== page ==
Coronary artery disease

Coronary artery disease (CAD) occurs when fat and cholesterol (plaque) builds up in your coronary arteries (blood vessels that supply oxygen-rich blood to your heart). These fatty plaques can cause your coronary arteries to become narrow or blocked, restricting blood flow to the heart.

If you’re newly diagnosed with CAD or your condition has worsened, it’s important to get the right treatment, right away.

By the time you have symptoms such as angina (chest pain) or shortness of breath, your condition may be fairly advanced. This means you have enough plaque built up in your coronary arteries to reduce blood flow and oxygen to your heart. And even a partially blocked coronary artery increases your risk of heart attack, heart failure, and stroke.

The University of Iowa Heart and Vascular specializes in treating the most difficult and complex CAD cases. This includes a dangerous type of CAD called chronic total occlusion, or CTO (a coronary artery that’s been completely blocked for three months or longer).

Whether you’re looking for a nonsurgical way to improve your heart health or you need traditional or less invasive heart surgery, we offer the care and support you need to feel better and live longer.

Coronary artery disease diagnosis

If you or your provider are concerned about your chest pain or shortness of breath, you should see a cardiologist. A cardiologist can check to see whether your symptoms are caused by a problem with your coronary arteries.

The UI Heart and Vascular Center offers all the tests you might need to identify CAD and rule out other medical conditions that can cause similar symptoms. These tests include:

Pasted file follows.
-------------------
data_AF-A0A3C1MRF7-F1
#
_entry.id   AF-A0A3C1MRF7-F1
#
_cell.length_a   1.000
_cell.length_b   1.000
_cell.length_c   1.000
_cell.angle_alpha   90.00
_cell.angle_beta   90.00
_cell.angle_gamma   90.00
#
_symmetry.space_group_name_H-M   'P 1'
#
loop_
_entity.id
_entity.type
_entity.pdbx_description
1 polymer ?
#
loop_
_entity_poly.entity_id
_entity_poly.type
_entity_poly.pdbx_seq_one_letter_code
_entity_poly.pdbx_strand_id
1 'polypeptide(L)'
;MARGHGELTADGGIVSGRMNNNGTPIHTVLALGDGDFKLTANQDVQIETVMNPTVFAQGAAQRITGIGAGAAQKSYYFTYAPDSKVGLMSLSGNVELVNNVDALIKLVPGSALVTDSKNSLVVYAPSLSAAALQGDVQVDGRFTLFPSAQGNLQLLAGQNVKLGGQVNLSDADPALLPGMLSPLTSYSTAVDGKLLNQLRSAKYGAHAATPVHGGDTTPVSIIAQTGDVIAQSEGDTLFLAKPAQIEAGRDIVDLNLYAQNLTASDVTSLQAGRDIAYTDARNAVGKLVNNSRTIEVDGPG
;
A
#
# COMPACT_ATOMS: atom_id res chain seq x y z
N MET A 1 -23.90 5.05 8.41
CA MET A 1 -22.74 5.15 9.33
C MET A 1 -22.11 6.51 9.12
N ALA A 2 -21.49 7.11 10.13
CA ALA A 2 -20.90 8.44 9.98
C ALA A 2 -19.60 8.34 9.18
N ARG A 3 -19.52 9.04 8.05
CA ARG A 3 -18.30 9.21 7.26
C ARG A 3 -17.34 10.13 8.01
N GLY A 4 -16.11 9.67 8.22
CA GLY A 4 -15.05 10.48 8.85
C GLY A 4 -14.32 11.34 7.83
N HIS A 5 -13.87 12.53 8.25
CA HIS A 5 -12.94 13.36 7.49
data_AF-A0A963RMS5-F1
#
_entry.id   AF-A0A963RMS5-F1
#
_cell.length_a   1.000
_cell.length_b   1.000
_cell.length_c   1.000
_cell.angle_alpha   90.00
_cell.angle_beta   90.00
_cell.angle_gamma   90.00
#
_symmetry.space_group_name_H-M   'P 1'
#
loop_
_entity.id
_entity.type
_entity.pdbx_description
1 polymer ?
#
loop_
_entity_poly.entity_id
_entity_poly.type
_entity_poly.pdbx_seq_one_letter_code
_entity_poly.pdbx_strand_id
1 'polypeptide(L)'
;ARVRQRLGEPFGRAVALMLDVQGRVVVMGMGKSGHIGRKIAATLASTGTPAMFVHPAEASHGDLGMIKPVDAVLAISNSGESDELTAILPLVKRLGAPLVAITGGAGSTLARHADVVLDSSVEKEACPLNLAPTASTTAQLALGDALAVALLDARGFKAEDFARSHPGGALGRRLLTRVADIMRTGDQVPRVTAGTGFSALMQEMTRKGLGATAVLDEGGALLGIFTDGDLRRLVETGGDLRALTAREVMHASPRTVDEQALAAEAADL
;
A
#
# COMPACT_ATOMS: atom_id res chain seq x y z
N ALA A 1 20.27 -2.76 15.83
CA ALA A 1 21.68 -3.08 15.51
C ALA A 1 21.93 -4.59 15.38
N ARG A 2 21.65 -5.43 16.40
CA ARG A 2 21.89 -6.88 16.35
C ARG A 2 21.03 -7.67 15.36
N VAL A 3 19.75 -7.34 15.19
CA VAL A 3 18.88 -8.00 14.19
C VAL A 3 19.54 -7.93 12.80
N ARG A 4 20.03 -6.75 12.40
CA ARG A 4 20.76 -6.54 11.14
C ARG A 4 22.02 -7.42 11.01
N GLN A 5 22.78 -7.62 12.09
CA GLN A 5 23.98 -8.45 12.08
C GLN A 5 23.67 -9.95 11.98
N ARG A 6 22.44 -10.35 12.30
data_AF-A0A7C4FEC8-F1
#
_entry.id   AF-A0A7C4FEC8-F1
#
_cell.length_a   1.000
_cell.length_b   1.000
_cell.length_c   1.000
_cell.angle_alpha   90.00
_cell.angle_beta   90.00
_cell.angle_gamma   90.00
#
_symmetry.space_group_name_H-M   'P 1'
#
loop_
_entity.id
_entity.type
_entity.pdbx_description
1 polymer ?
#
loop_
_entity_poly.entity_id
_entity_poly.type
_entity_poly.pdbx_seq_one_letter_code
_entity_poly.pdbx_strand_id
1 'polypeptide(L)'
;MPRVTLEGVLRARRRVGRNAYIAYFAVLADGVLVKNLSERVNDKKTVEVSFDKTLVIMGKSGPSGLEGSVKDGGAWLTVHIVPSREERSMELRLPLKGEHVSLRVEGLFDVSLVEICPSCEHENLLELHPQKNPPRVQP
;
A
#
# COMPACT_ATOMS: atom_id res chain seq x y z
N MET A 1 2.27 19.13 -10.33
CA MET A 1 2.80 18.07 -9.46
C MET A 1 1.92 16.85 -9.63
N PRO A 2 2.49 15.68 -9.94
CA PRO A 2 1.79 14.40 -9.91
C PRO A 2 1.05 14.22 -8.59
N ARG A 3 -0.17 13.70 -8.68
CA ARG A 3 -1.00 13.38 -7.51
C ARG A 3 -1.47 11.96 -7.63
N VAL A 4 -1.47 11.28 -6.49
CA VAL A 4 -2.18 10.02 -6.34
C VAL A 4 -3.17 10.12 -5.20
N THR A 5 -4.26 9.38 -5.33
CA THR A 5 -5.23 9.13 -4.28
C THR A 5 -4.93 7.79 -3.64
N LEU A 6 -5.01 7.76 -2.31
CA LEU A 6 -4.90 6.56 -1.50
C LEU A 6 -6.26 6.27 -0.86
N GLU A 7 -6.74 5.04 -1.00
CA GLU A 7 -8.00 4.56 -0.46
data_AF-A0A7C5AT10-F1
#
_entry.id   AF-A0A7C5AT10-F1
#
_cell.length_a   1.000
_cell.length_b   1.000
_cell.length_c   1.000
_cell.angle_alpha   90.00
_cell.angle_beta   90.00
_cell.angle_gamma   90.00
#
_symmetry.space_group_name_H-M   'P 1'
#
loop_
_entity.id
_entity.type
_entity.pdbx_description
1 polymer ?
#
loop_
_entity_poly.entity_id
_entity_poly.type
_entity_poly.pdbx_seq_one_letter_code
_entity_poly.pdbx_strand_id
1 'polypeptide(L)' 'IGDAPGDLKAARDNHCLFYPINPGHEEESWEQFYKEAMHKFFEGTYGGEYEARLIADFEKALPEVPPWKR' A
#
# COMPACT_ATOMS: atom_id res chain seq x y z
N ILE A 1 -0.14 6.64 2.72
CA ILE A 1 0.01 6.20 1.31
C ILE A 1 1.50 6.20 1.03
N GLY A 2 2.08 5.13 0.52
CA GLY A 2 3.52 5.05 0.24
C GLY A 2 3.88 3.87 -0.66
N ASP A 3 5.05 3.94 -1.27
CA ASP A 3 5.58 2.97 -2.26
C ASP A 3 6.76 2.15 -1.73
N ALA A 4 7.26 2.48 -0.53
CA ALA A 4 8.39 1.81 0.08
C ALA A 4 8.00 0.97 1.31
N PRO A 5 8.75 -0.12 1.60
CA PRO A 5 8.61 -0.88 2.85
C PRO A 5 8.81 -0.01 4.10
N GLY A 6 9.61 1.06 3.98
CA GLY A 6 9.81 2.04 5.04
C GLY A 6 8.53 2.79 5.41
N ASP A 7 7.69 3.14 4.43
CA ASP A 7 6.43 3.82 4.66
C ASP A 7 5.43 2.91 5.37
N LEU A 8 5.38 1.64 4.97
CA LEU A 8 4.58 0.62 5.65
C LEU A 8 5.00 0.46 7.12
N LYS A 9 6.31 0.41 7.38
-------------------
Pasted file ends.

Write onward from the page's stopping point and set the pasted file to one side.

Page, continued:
• Cardiac catheterization: We reach your heart by guiding hollow, flexible tubes (catheters) through your blood vessels. Once the catheter is in place, we inject a special liquid (contrast agent) to see how well blood flows through the coronary arteries.
  • Cardiac CT scan: We capture many moving images of your heart and coronary arteries and combine them into a 3D model.
  • Coronary calcium scan: Also known as a calcium score test, this procedure measures the amount of calcium built up in your coronary arteries. It’s used for people who have a moderate risk of heart disease but don’t yet have cardiovascular symptoms.
  • Echocardiogram: We use sound waves (ultrasound) instead of radiation to take pictures of your heart and blood vessels.
  • Electrocardiogram: We record the heart’s electrical signals to see if your chest pain is caused by narrowed or blocked coronary arteries.
  • Stress test: You’ll have an echocardiogram or nuclear test while at rest, then again after walking on a treadmill, riding a stationary bike, or receiving special medication. This helps us see if your symptoms get worse during physical activity.

These tests help us confirm CAD and show us how advanced it is.

Coronary artery disease treatment from UI Health Care

The treatments you’ll need for CAD depends on several factors. These include the severity of plaque build-up in your coronary arteries and the severity of your symptoms.

Nonsurgical CAD treatments

If you have slight narrowing of the arteries and mild symptoms, nonsurgical treatments may be all you need to feel better. These include:

  • Lifestyle changes: You can significantly improve your cardiovascular health and prevent CAD from getting worse by making certain lifestyle changes. These include exercising, losing weight, quitting smoking, and getting Type 2 diabetes under control.